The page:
CSIRO spin-off, Windlab, looks to Africa after “year of frustration” in Australia


Windlab management has told investors that the company’s future may rest with an expansion into the African energy market, after a ‘frustrating’ year in the Australian market, which has seen several of its local projects beset by delays and write-downs.

In a call to investors following the release of the company’s half-year results, Windlab executive chairman Roger Price said that 2019 had been a challenging year for the company, reflecting on both the challenges faced by the company at its own projects, as well as the collapse in new wind and solar investment observed Australia-wide.

“I think it’s fair to say that 2019 was a year of frustration,” Price said. “Characterised by delay across several of our projects. The Kennedy Energy Park has encountered further delays, as advised.”

“Across the Australian market investment in renewable energy has collapsed in 2019, caused by ongoing regulatory uncertainty and dramatic increases the technical process requirements related to grid connection and registration.”

During the call, Windlab senior management talked up the company’s prospects in Africa, where a surging need for new generation capacity provides a much more promising market than that currently available in Australia.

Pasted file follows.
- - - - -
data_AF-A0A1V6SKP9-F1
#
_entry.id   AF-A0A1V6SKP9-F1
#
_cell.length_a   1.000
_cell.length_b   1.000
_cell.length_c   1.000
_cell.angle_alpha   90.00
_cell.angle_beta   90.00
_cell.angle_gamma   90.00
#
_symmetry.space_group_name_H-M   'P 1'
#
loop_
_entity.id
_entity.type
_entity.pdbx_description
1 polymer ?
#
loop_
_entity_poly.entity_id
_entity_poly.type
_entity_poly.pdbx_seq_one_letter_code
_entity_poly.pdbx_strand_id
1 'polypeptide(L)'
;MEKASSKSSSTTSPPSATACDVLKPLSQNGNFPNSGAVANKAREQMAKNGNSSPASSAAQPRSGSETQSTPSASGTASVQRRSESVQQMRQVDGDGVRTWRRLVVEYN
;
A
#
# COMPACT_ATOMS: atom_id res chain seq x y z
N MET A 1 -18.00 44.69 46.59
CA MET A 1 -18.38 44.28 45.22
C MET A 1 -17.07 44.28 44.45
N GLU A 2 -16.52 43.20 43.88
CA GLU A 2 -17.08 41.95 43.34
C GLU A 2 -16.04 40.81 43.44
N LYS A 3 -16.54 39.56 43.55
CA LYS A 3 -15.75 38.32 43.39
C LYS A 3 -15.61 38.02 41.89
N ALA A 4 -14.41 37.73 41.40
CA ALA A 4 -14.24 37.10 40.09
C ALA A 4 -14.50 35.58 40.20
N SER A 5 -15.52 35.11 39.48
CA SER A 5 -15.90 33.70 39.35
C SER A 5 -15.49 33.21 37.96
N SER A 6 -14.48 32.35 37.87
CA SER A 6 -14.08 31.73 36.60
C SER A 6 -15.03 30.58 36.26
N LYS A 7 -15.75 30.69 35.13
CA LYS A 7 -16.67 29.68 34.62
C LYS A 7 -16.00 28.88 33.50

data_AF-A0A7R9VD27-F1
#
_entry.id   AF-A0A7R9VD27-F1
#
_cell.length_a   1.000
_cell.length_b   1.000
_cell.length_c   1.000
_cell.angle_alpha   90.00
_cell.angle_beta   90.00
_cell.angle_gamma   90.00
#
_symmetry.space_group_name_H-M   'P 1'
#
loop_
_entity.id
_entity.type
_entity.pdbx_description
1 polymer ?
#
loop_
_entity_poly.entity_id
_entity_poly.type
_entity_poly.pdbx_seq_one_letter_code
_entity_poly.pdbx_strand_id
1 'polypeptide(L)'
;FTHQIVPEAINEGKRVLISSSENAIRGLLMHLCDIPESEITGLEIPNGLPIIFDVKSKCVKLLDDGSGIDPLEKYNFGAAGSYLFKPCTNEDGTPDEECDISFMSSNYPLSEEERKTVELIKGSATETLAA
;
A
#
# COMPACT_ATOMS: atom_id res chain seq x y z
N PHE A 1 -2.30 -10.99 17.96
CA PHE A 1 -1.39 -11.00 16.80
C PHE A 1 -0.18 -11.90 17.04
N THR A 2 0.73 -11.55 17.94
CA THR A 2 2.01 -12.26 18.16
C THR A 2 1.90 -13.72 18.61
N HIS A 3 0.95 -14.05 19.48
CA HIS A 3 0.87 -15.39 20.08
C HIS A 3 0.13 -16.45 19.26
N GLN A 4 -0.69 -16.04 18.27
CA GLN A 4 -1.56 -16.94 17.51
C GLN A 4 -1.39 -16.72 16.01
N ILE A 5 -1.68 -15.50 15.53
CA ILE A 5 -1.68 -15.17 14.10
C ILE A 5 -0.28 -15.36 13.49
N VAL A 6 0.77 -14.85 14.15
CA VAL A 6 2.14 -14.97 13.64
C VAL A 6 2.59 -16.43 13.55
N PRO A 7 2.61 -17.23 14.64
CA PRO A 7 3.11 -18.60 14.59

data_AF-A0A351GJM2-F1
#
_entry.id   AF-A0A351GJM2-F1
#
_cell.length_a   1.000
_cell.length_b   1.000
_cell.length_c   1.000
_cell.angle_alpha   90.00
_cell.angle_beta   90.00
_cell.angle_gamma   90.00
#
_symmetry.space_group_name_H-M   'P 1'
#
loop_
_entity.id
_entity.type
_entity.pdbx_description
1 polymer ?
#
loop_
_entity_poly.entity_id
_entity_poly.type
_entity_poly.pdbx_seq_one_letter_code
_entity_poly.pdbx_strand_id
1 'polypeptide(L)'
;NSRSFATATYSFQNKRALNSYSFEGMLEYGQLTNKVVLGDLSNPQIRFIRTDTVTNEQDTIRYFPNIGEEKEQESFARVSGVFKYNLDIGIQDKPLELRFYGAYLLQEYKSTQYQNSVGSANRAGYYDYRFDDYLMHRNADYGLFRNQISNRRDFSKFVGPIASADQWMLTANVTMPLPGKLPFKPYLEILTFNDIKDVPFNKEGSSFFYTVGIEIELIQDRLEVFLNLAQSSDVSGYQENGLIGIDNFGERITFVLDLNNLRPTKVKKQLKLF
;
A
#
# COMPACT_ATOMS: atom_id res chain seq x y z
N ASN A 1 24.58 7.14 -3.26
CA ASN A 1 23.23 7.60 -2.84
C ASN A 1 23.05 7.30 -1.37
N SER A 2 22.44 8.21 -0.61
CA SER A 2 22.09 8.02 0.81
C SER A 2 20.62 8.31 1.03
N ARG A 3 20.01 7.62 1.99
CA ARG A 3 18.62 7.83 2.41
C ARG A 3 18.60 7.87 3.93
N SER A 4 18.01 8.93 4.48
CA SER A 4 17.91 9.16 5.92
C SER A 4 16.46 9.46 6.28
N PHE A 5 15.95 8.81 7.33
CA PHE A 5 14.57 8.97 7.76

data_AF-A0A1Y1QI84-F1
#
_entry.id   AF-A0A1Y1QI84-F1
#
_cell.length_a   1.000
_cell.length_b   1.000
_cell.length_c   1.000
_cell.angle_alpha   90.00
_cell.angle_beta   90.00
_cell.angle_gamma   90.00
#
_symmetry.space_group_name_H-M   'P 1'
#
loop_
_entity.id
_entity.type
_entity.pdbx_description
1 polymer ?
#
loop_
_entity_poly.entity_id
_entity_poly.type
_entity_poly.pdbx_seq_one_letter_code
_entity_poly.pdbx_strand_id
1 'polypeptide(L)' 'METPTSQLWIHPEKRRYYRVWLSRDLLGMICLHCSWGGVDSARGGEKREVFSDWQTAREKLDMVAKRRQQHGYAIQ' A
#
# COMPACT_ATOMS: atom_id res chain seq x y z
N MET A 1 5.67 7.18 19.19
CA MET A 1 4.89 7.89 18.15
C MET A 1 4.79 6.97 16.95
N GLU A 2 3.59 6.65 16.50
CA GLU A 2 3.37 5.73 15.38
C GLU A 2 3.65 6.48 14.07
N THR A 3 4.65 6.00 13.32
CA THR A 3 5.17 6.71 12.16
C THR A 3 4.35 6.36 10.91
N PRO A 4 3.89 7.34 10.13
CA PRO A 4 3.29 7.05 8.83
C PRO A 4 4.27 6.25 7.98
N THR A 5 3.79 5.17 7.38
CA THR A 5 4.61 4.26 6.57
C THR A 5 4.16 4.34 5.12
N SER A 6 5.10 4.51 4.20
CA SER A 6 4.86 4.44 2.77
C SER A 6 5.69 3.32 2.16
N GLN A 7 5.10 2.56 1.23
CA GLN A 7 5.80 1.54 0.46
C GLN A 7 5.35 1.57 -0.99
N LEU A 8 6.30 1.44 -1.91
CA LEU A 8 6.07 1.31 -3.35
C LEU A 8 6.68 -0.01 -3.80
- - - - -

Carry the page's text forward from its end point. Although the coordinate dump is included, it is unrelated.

“In South Africa, the need for more generating capacity could not be clearer,” Price said.

“The country is engineering blackouts and rolling load-shedding caused by the unpredictable operation of its old coal fleet. There is a clear stated intention to procure significantly more renewable energy generation, both from statements made by the president and via the release of the country’s new integrated resource plan, which calls for further 14 gigawatts of wind energy by 2030.”

The company said that there had been strong demand from the African market, with new generation capacity in high demand as economies grow, particularly in South Africa, which has struggled to maintain reliable supplies.

“If called when lab should be well placed to participate as we currently have 640 megawatts of approved capacity across five projects in that in that market, plus a number of early-stage projects are also being developed.”

The company already has offices in Kenya, South Africa and Tanzania and last year secured a A$14 million investment from its Japanese partner Eurus Energy to help fund the company’s expansion into Africa.

Windlab operates as both a wind farm developer, as well as an asset management service provider on behalf of third-party project owners.

The asset management side of the company performed strongly in 2019, leading the growth in the company’s operations.

However, the project development side of Windlab had a challenging year, leading the company to report an $11.7 million loss for the second half of the year. This came after the company reported a $14.7 million impairment on the value of the Kennedy Energy Park.